As I take that first right turn out of the parking lot and settle behind a few riders, I notice my heart rate going up too quickly and I back-off…no need to rush, I think, lots of miles ahead. And then, after 10 or so flat miles of solo riding, opportunity strikes!
A tandem and two bikes glued to it pass me at the just-right speed and I latch on for what will amount to 35 or so miles of effortless cruising. A wise choice, but I notice a familiar trick my mind plays on me; when I draft like this I feel lazy, maybe even guilty, because I think I’m not working hard enough and making enough progress. I let these thoughts pass and stay with these guys, knowing that my time to work hard will come soon enough.
During the Middle
Sure enough, at mile 100, it arrives big time – 7 miles up Cobb Mountain. It’s around noon now and warming up quite a bit, and as I slow down I try not to get down as people pass me in increasing numbers.
When I hear a familiar voice say “Is that Marty?” I know I’ll see fellow ultra-distance rider Ann for just a moment, and indeed it is, and was. “Damn, she’s fast,” I think, but I’m saying that about everyone who goes by, and I tell myself to chill out, to ride my own ride, and to stay in this moment, to appreciate what I’m doing and how truly blessed I am to be out here doing it. With that thought much of the craziness that gets induced by comparing myself to others dissipates.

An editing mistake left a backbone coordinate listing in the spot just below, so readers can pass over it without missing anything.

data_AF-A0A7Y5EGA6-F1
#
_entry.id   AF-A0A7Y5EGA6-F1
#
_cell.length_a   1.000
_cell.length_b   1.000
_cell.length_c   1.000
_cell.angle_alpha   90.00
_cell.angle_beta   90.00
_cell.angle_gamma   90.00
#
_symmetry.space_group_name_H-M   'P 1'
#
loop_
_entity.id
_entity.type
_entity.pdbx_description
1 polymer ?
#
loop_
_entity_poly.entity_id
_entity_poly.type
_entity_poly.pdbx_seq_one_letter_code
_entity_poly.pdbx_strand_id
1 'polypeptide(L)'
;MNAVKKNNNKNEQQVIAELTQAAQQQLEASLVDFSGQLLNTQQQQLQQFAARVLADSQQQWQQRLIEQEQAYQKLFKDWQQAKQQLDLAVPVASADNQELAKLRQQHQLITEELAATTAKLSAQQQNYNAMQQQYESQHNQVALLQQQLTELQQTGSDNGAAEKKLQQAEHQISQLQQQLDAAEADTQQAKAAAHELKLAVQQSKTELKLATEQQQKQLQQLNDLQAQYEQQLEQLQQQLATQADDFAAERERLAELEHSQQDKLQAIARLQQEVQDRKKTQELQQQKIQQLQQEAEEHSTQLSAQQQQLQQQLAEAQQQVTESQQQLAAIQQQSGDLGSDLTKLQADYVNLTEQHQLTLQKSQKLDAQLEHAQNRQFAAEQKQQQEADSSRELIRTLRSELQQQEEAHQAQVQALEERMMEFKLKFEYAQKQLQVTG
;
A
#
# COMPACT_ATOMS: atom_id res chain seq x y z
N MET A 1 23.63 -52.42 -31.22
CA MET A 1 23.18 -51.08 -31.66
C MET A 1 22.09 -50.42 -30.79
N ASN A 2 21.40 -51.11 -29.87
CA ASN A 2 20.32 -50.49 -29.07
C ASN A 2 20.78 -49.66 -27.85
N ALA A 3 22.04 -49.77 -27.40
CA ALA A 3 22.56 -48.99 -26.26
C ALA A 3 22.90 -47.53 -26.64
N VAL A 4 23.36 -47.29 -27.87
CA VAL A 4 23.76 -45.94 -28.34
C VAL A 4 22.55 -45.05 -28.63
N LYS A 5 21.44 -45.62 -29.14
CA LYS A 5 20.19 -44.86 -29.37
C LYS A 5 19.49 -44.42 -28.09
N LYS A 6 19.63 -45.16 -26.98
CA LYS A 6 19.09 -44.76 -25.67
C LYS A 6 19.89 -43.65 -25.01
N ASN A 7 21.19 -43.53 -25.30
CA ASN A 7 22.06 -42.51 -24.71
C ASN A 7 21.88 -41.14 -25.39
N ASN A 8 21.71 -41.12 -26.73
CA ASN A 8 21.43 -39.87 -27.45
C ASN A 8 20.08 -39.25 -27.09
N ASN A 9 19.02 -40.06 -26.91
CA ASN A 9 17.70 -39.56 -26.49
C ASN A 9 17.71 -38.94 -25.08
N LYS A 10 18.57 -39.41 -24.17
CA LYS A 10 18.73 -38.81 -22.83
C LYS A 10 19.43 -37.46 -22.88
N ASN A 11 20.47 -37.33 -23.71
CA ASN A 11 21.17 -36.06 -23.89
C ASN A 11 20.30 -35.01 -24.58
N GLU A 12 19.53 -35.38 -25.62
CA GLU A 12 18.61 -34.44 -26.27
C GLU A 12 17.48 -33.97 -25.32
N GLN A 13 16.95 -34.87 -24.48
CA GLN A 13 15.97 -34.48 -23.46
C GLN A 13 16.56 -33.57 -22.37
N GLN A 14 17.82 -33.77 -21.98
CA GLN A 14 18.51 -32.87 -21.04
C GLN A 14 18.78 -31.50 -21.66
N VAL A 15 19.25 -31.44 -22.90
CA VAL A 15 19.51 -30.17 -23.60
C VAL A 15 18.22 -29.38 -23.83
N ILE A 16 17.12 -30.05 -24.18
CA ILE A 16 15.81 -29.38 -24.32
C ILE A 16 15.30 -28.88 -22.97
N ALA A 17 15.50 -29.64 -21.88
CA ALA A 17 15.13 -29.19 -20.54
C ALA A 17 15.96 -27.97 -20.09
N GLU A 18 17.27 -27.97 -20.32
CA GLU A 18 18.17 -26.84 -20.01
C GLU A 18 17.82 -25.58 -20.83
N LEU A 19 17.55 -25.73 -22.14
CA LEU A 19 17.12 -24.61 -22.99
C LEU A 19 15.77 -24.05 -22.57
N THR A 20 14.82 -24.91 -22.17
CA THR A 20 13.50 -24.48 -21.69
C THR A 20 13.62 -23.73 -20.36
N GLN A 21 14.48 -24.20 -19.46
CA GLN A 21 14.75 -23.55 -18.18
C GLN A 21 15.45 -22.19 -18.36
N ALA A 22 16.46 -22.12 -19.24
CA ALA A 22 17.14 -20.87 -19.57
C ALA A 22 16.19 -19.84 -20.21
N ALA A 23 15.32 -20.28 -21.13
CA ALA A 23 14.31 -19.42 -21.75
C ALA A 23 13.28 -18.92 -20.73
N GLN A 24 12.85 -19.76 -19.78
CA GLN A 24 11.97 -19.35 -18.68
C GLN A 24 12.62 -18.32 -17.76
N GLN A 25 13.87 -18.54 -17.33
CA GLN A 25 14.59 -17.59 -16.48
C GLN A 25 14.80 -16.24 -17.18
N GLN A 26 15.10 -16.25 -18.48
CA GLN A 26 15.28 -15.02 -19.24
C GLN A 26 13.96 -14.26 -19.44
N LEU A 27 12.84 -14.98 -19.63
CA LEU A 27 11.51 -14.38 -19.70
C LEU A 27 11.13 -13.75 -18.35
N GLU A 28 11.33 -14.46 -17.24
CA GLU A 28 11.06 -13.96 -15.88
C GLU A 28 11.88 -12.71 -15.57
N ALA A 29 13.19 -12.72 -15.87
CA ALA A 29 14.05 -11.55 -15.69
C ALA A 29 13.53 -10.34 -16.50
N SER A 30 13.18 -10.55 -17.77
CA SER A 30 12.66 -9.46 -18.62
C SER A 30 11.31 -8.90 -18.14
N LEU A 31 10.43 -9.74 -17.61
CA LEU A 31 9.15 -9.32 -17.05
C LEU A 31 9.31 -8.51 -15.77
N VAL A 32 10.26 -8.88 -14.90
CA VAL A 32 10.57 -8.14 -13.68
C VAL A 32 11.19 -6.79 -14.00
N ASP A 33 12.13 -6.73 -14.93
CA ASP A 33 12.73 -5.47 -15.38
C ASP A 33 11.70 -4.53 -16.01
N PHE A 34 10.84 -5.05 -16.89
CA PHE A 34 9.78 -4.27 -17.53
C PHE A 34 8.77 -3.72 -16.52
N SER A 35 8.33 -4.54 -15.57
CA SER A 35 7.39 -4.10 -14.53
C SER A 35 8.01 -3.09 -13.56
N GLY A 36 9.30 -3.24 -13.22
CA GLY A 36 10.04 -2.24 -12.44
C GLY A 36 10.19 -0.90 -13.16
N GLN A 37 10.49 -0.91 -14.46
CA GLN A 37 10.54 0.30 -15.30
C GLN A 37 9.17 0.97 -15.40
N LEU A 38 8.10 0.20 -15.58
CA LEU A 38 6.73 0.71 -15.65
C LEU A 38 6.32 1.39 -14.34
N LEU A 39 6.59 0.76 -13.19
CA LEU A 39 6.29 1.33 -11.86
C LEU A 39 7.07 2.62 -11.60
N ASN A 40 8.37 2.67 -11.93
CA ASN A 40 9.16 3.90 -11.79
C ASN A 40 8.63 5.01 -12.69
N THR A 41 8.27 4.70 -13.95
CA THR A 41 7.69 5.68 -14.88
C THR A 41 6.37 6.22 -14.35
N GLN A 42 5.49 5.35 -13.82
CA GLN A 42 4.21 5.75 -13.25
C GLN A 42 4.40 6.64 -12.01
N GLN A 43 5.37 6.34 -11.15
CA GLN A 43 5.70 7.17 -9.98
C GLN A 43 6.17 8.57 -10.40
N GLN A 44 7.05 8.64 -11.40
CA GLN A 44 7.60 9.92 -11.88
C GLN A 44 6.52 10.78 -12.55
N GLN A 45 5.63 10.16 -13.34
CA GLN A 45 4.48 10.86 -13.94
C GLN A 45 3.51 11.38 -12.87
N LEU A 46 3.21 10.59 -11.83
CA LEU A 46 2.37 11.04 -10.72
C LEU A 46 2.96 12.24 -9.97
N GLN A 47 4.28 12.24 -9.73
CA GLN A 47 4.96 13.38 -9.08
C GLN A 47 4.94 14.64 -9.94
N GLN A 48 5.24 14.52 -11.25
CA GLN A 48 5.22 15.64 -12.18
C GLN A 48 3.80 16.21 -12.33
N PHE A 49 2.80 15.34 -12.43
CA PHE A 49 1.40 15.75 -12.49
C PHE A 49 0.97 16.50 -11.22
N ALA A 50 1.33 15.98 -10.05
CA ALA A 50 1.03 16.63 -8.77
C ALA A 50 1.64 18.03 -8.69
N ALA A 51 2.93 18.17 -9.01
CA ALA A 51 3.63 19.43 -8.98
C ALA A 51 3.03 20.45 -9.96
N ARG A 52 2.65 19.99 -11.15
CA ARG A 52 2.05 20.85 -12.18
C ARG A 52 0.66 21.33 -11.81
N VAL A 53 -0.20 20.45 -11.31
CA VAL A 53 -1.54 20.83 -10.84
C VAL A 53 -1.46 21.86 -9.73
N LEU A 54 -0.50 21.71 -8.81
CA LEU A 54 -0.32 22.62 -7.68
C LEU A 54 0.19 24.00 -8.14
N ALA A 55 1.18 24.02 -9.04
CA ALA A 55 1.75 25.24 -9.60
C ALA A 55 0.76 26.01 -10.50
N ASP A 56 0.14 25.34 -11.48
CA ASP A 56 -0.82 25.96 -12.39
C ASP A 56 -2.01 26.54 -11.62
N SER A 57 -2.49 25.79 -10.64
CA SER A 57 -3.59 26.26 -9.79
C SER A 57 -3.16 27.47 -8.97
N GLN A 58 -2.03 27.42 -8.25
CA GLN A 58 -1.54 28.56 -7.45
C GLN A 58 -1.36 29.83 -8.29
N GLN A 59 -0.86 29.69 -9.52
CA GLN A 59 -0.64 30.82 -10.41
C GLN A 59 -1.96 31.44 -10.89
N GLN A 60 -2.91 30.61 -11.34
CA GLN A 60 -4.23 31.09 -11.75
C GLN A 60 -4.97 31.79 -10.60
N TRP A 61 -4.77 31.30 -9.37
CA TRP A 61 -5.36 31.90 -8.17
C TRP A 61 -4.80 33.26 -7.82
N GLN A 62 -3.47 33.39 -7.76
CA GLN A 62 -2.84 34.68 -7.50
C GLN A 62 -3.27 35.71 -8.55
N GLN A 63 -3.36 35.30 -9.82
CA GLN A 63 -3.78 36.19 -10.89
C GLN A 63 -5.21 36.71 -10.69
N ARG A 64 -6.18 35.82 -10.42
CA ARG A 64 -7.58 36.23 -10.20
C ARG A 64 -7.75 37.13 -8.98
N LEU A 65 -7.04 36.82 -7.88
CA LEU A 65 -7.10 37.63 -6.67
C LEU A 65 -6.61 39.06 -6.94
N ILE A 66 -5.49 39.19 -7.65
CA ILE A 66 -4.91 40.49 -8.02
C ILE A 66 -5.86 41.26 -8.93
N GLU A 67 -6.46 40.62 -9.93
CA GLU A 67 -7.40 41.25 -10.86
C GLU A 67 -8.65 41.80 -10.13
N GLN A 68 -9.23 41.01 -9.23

Still, that lurking sense of being left behind is palpable, and a lesson I apparently keep needing to learn - see myself as “less than” because others are passing me by, and I will in fact, become less than. Not surprisingly, I reach my low point while climbing Cobb Mountain.
“Keep moving forward, one pedal stroke at a time and you will,” I promise myself, “get to the top.” It’s a beautiful thing to reach the summit. My reward is a high speed, mouth-watering descent. Before I know it it’s mile 118 and time for lunch, where Bobby and I re-connect and take pictures to prove we were there. However there is no rest for the weary.
The climbing begins soon enough, this time with the shorter-lived, but aptly named Resurrection Hill. I’m well-risen from the dead by now, but surprised at the effort this particular climb seems to take. I experience this climb as the toughest one of the day, even though the deed’s done soon enough, and beginning mile 140, the rest is actually pretty much downhill.
At the End
This is where the real fun begins for Bobby and I. We move at a more casual pace, alternating pulls (guys our size can deflect a lot of air), getting occasional lifts along the way from small pacelines, and taking our sweet time at rest stops. Because I had become accustomed to flying through rest stops for ultra-distance training purposes, I hadn’t realized how much fun a more relaxed pace can be. The very best rest stop of all – and the reason I’ll do the Davis Double again and again – is the West Plainfield Fire Station at mile 196, which serves the best grilled cheese sandwiches in the entire world. Seriously.
We pedal to the finish, laughing, relaxed and hungry, and eat well at the post-ride meal. Statistics? 203 miles, average speed 15.1, 13.4 hours pedaling, and over 10,000 calories burned. “Nice ride,” I think.